How does this pioneering home-study project translate a women’s desire to learn this remarkable sefer into actuality? The carefully designed program breaks down the sefer into manageable sections, sends twice monthly quiz-reviews by e-mail/mail/fax, and offers a simple but highly structured method of navigating through the sefer. The program consists of groups of five women headed by coordinators, who each receive introductory information including a calendar, and are then responsible for mailing, grading, and returning the quizzes to the women in their group. A score of 85% or higher on a quiz entitles a women to a coupon, which is then entered into a monthly raffle for a $50 gift certificate at selected stores.

Rabbi Katz, a mechanech who lives in Passaic, NJ, is the founder and director of the home-study program. It all started when the sefer came into his hand one day. He read through some sections and was immediately inspired. The beauty and eloquence of the sefer touched his heart. He was so moved and uplifted that he knew wanted to start learning groups for women.

One day Rabbi Katz came home to find his wife deep in the midst of one of her bi-weekly n’tzor l’shoncha tests (At the time, Mrs. Katz was a participant of the N’tzor L’shoncha Home-Study program, based on the sefer "Guard Your Tongue"). Something in his brain clicked. Why not take Rabbi Falk’s sefer and do the same!

With great determination, thought, perseverance and much siyata d’shmaya the project was launched. His wife said that she would compose the tests. His sister-in-law volunteered to type them. His brother-in-law donated a copy machine.

Rabbi Katz received a very warm haskama letter from Rav Mattisyahu Salamon, mashgiach of Bais Medrash Govoha of Lakewood. Rav Falk was very much involved in the program from the start and still continues to infuse it with words of chizuk and encouragement. The project, which began over two years ago with less than ten women in Lakewood has mushroomed into a world-wide movement where women of all ages and backgrounds are discovering the hidden glory of tznius. Groups have formed across the United States and Eretz Yisroel, including participants in Yerushalayim, Bnei Brak, Kiryat Sefer, California, Monsey, Lakewood, and Brooklyn.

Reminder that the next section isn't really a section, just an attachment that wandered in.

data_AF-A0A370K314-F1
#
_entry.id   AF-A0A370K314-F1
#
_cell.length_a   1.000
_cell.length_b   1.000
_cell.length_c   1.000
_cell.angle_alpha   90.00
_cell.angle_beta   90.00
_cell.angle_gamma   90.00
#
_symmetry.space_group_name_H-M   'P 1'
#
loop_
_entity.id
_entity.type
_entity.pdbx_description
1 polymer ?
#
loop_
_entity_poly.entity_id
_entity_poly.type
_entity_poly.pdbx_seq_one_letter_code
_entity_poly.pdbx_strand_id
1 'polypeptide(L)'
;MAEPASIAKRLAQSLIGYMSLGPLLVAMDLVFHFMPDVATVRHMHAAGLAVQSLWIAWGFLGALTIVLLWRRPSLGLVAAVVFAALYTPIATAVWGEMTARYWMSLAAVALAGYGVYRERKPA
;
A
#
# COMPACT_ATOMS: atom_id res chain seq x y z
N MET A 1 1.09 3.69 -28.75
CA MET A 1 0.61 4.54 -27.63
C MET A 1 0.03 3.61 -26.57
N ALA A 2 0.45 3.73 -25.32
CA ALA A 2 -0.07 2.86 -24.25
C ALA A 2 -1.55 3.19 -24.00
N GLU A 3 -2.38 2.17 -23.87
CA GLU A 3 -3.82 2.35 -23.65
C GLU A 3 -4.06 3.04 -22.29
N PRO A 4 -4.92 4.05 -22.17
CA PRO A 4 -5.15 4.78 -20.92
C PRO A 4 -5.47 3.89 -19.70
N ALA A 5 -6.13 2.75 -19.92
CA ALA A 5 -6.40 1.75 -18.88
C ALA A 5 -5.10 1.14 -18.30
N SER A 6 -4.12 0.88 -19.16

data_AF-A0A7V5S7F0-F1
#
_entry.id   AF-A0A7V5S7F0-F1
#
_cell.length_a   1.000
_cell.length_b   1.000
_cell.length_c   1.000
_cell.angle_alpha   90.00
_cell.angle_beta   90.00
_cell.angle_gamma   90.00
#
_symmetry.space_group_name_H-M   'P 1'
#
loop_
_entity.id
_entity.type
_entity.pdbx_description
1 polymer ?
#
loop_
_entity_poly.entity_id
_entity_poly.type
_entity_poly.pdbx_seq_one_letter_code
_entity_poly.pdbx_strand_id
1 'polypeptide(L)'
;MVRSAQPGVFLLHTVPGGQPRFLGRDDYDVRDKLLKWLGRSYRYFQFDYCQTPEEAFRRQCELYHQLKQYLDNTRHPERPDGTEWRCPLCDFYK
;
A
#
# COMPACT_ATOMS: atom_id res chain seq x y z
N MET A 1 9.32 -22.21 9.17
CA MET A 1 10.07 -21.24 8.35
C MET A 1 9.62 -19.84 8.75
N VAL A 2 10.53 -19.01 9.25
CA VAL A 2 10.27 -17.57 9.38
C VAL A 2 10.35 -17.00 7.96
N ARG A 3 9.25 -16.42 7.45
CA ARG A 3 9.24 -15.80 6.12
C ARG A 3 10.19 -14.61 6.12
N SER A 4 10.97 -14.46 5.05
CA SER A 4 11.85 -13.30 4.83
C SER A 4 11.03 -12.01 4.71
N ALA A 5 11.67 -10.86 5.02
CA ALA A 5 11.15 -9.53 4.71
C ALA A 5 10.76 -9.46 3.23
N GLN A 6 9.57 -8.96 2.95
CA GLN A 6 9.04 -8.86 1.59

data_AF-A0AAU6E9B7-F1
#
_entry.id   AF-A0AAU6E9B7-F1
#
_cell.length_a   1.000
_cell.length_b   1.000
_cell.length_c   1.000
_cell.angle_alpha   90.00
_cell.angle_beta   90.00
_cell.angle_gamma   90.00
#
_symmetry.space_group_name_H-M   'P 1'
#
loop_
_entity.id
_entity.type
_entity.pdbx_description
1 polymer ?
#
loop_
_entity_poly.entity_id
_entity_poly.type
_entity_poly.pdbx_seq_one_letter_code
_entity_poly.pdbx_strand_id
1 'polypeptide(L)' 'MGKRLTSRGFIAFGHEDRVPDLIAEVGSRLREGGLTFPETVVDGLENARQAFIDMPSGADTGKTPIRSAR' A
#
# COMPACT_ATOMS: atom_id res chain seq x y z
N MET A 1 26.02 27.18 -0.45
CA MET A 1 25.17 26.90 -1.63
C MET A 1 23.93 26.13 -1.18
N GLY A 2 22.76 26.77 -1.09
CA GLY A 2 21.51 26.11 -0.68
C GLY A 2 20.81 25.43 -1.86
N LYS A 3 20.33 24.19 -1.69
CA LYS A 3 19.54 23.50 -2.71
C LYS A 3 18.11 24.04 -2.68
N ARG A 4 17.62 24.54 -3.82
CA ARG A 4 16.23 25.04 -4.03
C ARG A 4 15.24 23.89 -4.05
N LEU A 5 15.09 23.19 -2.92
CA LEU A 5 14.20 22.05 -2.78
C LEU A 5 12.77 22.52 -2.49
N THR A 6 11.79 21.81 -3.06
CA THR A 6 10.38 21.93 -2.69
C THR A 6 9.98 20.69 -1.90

"We are targeting everyone," Rabbi Katz says. By that he means that the program was designed for women from all walks of life. The sefer may not jive with your present lifestyle. But as in limud ha’Torah, one learns in order to purify one’s soul, to broaden ones mind, to iron out one’s hashkafos hachaim, and eventually this is m’chazek the person to elevate his or her maasim.

Recent catastrophic events, including the World Trade Center collapse, terrorist attacks in Israel, and the petirah of several of our greatest gedolim in rapid succession, are sending us frightening messages that we are in desperate need of more zechusim and that there is a gaping hole in our level of tznius which needs immediate and concrete attention. Let’s seize the moment now to strengthen ourselves in this vital foundation of yiddishkeit!